(1) TALK AMONG YOURSELVES. N.K. Jemisin has some great news. This is as much of it as she can share.
(2) BEST OF THE FIRST HALF. Grimdark Magazine presents its list of “Best Sff Books Of 2020 So Far: Picked By The GDM Team”. Includes –
The Order of the Pure Moon Reflected in Water by Zen Cho
(PICKED BY MIKE MYERS)
Zen Cho returns with a found family wuxia fantasy that combines the vibrancy of old school martial arts movies with characters drawn from the margins of history.
A bandit walks into a coffeehouse, and it all goes downhill from there. Guet Imm, a young votary of the Order of the Pure Moon, joins up with an eclectic group of thieves (whether they like it or not) in order to protect a sacred object, and finds herself in a far more complicated situation than she could have ever imagined.
(3) BEATTS UPDATE. Sponsors of Borderlands Books are among those who have signed “An Open Letter to the Borderlands Books Ownership, Staff, and Community” calling for Alan Beatts to give up ownership of the store.
We, the undersigned, have been sponsors and supporters of Borderlands Books. Alan Beatts asked for community support to keep his business operational; in exchange, we expect him to be accountable to that community.
In light of the accusations that Alan has committed acts of intimate partner violence and sexual assault, we are withdrawing our sponsorship and support for Borderlands Books. We believe the survivors. We want to support them and any others Alan has harmed, whether or not they publicly come forward.
We cannot support Borderlands while Alan might use his position as owner to do and conceal harm. We demand that he relinquish ownership of the store and divest financially from it….
(4) SFF WINS CHINESE AWARD. Congratulations to Regina Kanyu Wang, whose story “The Language Sheath” has been awarded the 2019 Annual Award by Shanghai Writers’ Association. The English version, published by Clarkesworld, is here.
(5) YOUNG PEOPLE. James Davis Nicoll’s Young People Read Old SFF panel encounters Kit Reed:
Dry witted and lethally incisive, Kit Reed (1932 – 2017), was prolific in a variety of genres: speculative fiction, literary fiction, and (as Kit Craig) psychological thrillers. Selecting a particular work out of all the short SFF Reed published over her long career must have been challenging. Nevertheless, editor Marcus assures us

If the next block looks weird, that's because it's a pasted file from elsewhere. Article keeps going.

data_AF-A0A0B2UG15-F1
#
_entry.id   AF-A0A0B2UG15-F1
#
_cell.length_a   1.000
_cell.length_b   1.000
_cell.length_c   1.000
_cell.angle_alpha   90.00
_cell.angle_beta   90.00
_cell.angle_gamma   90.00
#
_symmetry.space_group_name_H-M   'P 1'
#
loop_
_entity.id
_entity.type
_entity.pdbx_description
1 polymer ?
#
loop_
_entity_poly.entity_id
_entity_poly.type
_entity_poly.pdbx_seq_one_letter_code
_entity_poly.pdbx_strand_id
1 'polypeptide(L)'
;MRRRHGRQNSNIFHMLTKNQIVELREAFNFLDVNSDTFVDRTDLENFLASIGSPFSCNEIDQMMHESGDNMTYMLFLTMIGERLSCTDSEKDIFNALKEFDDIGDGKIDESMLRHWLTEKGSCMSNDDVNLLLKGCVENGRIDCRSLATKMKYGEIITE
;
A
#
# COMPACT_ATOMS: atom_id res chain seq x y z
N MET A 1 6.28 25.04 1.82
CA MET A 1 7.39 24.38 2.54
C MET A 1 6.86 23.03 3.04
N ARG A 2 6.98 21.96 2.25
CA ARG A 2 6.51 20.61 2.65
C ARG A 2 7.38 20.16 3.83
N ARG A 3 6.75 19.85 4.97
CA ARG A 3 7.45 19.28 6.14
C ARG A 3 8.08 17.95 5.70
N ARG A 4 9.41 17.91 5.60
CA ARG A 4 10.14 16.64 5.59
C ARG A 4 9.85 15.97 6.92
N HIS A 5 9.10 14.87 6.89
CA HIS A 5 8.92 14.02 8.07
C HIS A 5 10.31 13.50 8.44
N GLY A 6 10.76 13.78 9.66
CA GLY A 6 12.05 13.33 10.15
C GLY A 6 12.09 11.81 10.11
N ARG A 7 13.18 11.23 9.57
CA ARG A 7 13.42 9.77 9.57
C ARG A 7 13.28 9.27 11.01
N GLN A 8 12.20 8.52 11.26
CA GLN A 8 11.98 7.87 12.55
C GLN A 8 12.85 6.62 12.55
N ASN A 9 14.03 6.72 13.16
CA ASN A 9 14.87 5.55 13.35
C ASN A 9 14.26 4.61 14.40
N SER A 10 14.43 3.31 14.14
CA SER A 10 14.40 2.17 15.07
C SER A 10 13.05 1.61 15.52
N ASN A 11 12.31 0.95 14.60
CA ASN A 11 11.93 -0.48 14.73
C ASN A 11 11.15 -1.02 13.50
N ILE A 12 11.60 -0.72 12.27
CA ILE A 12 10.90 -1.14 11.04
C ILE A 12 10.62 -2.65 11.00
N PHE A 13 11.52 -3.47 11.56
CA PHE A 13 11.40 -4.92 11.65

“To Lift a Ship” is my favorite story from this era, and I think you’ll like it, too.
Did my Young People, in fact, enjoy it?
(6) ONE OF THE BIGGER IDEAS. “The Big Idea: Madeline Ashby” at Whatever begins:
“It’s a rape revenge story? Is that what you said?”
It was October of 2016. It was a rainy morning in London just days from Halloween, and I was mind-shatteringly jetlagged, getting ready to give a talk at MozFest, the festival put on each year by the Mozilla Foundation. I was answering questions put to me by a fact-checker from the Wall Street Journal, after Margaret Atwood said they should talk to me about robots, science fiction, and the future. The interviewer had asked about my series of novels called The Machine Dynasty, which started with a little book called vN. This was how Margaret and I met — we did an appearance together with Corey Redekop at the Kingston WritersFest back home in Canada. She had gently steered the interview in the way only she can, and said, “Now, Madeline, having read your book, I must ask: how old were you when you first saw The Wizard of Oz?”
Oh, I thought. She gets it. Of course she does. She’s Margaret Fucking Atwood.
This was my life in 2016. In a week or two, the world would fall apart. So would I. In both cases, it happened slowly, but faster than you might think. In both cases, it started years earlier. Collapse is not a binary state; damage occurs on a spectrum of possible repair. You might not recognize it, at first. You may not yet have the words with which to describe it….
(7) OTHER SNOW WHITES. The Harvard Gazette interviews a scholar about “Snow White and the darkness within us”.
Maria Tatar collects versions of the tale from around the world and explains how they give us a way to think about what we prefer not to
Walt Disney’s “Snow White and the Seven Dwarfs” was released as the first feature-length animated film in 1937, and decades later, the musical fantasy based on a Grimm Brothers fairy tale about the complications and conflicts in the mother-daughter relationship is still a cultural touchstone. The story has virtually eclipsed every version of the many told the world over about beautiful girls and their older rivals, often a cruel biological mother or stepmother, but sometimes an aunt or a mother-in-law. In her new book, “The Fairest of Them All: Snow White and 21 Tales of Mothers and Daughters,” Maria Tatar, the John L. Loeb Research Professor of Folklore and Mythology and Germanic Languages and Literatures and a senior fellow in Harvard’s Society of Fellows, collected tales from a variety of nations, including Egypt, Japan, Switzerland, Armenia, and India. She spoke to the Gazette about her lifelong fascination with the saga and how we can look to fairy tales to navigate uncertain times.
GAZETTE: Why did you decide to take up the Snow White story?